Depressing, but Democrats had to expect this. What they will do in response?  Pretty much nothing. SCOTUS surely won't interfere and subpoenas will be ignored or health officials will be fired.

Dems keep playing a game that has rules. Trump plays whatever he wants.

Not exactly a fair fight.

The Cover-Up Goes Viral, Con't

It didn't even take a week after the new policy to reroute COVID-19 daily data through the Trump regime rather than the directly to the CDC for the regime to start removing COVID-19 data from the CDC website completely.

Following the Trump administration’s decision to reroute coronavirus hospital data first to the administration, instead of sending it to the US Centers for Disease Control and Prevention, some data is no longer available on the website.

The information removed from the website is the hospital data that was reported to the CDC’s National Healthcare Safety Network, according to CDC spokesperson Kristen Nordlund.

The data includes...
  • the current inpatient and intensive care unit bed occupancy
  • Health care worker staffing
  • Personal protective equipment supply status and availability
The information appeared on the National Healthcare Safety Network Covid-19 module page and the CDC’s Covid-19 data tracker.

Remember, the regime claimed that the CDC had to be removed from the reporting chain because the data wasn't getting to the people who needed it quickly enough.

The health department on Friday told hospitals to stop reporting Covid data through the CDC’s National Healthcare Safety Network and, as of 10 p.m. tonight, submit data only through two other systems, called HHS Protect or Teletracking. Until now, all three systems had been viable data-reporting options.

The change — which hospitals are working swiftly to try to accommodate — was weeks in the making, after White House coronavirus coordinator Deborah Birx and other officials grew frustrated with the quality of hospital data. The CDC system was viewed as a weak link in providing comprehensive, up-to-date findings; senior officials have argued it's hampered the response.

“As community spread of the virus continues, we must all improve our ability to detect disease and respond rapidly and accurately with specific interventions and therapeutics,” Birx and HHS Secretary Alex Azar wrote to governors this week, according to a copy obtained by POLITICO.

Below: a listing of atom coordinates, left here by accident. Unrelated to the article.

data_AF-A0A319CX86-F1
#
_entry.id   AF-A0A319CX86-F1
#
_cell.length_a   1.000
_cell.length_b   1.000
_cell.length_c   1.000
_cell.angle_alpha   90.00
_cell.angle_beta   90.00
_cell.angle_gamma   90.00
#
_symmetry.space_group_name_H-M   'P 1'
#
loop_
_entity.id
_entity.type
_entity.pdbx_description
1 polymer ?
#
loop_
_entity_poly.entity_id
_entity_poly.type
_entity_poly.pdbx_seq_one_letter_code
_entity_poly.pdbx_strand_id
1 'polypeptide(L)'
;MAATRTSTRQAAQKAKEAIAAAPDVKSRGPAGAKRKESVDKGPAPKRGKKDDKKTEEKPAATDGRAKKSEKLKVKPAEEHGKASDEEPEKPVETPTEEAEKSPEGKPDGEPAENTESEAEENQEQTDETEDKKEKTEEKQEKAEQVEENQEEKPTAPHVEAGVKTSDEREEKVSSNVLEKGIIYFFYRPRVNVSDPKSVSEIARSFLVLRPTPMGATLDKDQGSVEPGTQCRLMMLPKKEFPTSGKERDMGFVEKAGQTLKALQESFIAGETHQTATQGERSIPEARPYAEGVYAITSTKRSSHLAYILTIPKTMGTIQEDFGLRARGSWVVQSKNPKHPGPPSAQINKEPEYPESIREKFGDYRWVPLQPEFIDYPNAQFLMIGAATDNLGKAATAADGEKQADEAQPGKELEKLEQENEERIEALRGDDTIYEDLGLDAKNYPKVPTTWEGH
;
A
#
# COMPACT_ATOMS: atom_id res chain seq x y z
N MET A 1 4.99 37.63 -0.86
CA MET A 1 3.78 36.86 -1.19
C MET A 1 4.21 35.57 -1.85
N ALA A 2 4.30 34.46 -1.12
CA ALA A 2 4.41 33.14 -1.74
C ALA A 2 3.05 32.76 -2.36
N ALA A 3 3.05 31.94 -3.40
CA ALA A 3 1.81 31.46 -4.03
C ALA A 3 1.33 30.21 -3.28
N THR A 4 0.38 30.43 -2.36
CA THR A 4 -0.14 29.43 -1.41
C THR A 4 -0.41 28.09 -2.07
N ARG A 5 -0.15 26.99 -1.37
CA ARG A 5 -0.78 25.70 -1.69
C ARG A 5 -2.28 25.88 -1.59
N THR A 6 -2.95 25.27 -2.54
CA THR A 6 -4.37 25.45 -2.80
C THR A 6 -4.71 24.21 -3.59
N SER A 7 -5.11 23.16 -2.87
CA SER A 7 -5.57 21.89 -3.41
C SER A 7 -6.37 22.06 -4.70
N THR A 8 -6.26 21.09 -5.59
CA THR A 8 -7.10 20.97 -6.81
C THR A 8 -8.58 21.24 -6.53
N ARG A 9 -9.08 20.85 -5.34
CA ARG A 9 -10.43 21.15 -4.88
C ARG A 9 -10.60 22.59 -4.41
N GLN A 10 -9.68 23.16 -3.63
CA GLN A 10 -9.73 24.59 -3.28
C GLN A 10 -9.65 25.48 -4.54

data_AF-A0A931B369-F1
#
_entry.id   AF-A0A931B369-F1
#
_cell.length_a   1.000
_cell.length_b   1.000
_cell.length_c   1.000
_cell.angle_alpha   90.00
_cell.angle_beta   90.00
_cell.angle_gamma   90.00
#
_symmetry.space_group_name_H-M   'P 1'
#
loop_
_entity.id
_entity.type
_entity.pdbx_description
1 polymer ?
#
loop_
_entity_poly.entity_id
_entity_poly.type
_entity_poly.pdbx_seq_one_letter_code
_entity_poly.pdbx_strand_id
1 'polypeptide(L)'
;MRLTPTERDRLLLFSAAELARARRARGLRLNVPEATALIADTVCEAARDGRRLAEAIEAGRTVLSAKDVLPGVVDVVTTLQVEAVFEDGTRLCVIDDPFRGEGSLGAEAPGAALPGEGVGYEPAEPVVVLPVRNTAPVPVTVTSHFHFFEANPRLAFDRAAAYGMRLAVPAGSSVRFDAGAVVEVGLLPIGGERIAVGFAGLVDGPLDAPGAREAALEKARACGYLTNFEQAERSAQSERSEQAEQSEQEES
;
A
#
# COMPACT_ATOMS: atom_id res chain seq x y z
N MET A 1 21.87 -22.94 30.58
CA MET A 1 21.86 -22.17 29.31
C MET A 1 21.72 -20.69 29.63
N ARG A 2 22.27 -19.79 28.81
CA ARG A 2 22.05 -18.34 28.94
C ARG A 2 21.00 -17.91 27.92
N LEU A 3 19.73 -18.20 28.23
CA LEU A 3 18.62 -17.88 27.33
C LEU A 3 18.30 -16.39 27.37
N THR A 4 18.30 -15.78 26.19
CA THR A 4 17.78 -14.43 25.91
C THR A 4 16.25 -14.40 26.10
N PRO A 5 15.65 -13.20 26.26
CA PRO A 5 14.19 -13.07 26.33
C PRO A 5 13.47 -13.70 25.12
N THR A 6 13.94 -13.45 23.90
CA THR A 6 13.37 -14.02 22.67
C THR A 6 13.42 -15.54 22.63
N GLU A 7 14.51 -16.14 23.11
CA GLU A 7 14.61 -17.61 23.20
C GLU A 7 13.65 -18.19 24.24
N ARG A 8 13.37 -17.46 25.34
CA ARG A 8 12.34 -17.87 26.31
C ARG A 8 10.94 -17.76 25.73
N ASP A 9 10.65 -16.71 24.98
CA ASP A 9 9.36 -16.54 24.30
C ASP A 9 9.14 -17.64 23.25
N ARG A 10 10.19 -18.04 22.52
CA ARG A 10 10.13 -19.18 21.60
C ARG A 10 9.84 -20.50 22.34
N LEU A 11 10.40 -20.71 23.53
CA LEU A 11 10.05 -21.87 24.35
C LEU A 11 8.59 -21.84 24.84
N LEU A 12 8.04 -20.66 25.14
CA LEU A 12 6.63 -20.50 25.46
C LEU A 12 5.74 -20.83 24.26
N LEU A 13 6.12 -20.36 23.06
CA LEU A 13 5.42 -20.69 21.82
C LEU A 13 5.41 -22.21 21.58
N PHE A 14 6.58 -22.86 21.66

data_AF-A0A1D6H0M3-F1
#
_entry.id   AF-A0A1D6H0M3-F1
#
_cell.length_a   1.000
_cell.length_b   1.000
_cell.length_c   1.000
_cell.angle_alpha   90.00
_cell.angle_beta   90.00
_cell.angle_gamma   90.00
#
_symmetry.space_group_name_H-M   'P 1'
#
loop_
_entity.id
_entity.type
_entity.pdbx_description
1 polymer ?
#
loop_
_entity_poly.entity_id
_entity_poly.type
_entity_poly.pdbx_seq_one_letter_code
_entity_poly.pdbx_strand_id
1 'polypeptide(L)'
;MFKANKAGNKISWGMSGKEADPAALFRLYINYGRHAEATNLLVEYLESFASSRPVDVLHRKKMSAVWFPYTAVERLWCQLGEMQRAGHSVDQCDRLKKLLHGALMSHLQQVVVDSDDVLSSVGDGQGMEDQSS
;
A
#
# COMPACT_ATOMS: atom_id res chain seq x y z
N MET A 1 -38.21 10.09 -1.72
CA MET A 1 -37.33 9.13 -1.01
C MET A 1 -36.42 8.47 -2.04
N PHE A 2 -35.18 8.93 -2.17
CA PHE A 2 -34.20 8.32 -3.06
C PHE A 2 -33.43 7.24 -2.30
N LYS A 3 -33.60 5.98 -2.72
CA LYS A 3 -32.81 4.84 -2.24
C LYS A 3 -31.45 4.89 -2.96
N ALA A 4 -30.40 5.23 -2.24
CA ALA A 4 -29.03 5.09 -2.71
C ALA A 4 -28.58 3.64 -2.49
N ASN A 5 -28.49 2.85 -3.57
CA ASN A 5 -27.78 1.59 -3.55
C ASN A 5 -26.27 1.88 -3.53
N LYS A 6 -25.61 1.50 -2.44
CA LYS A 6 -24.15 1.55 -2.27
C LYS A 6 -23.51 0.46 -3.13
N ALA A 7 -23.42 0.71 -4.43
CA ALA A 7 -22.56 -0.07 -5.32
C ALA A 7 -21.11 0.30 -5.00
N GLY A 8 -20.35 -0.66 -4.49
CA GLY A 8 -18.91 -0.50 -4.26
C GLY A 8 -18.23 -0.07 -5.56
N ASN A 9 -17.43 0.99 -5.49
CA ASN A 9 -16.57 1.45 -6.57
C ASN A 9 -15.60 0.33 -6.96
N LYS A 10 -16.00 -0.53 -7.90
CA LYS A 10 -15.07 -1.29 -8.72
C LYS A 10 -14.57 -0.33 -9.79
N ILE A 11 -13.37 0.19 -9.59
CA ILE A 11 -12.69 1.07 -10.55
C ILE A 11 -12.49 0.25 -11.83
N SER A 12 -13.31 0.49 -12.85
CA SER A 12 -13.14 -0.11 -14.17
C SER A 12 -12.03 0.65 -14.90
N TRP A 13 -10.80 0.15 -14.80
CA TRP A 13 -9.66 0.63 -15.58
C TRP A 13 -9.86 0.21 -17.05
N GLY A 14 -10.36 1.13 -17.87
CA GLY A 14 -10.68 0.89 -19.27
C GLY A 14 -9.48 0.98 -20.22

Democrats and the CDC’s defenders argue the data change is the latest move to minimize the agency, and the news “alarmed public health experts who fear the data will be distorted for political gain,” the New York Times reported on Tuesday.

Groups like the Infectious Diseases Society of America decried the change as a troubling development, and Rep. Rosa DeLauro (D-Conn.), who chairs the House subcommittee that oversees HHS’ purse strings, charged that the health department “cannot be trusted” to share data. Trump “can try to intentionally hide the exploding number of cases, but the people will not be fooled,” DeLauro tweeted
But is getting CDC out of Covid data collection actually a good thing? That’s the argument inside the administration and in some corners of the health sector, which note that CDC has repeatedly struggled to provide real-time data in the heart of the coronavirus crisis, and that the HHS Protect and Teletracking systems are better alternatives that draw on private sector expertise.

HHS officials maintained that CDC would continue to have access to the data at all times, adding that agency officials agreed that its system wasn’t ready to support the evolving needs of the pandemic.

“The new faster and complete data system is what our nation needs to defeat the coronavirus and the CDC, an operating division of HHS, will certainly participate in this streamlined all-of-government response,” said HHS spokesperson Michael Caputo.

It didn't even take a single day after the new policy went into effect on Wednesday for that to be exposed as a lie. Now some of the data isn't getting through at all.

But what about leakers?  Certainly that will happen, right?

Don't count on that, either.

In the middle of a devastating pandemic and a searing economic crisis, the White House has an urgent question for its colleagues across the administration: Are you loyal enough to President Donald Trump?

The White House’s presidential personnel office is conducting one-on-one interviews with health officials and hundreds of other political appointees across federal agencies, an exercise some of the subjects have called “loyalty tests” to root out threats of leaks and other potentially subversive acts just months before the presidential election, according to interviews with 15 current and former senior administration officials.
The interviews are being arranged with officials across a wide range of departments including Health and Human Services, Defense, Treasury, Labor and Commerce and include the top tier of Trump aides: Senate-confirmed appointees. Officials are expected to detail their career goals and thoughts on current policies, said more than a dozen people across the administration with knowledge of the meetings.

White House officials have said the interviews are a necessary exercise to determine who would be willing to serve in a second term if President Donald Trump is reelected. But officials summoned for the interviews say the exercise is distracting from numerous policy priorities, like working to fight the pandemic, revitalizing the economy or overhauling regulation, and instead reflect the White House’s conviction that a “deep state” is working to undermine the president.

It’s “an exercise in ferreting out people who are perceived as not Trump enough,” said one person briefed on the meetings.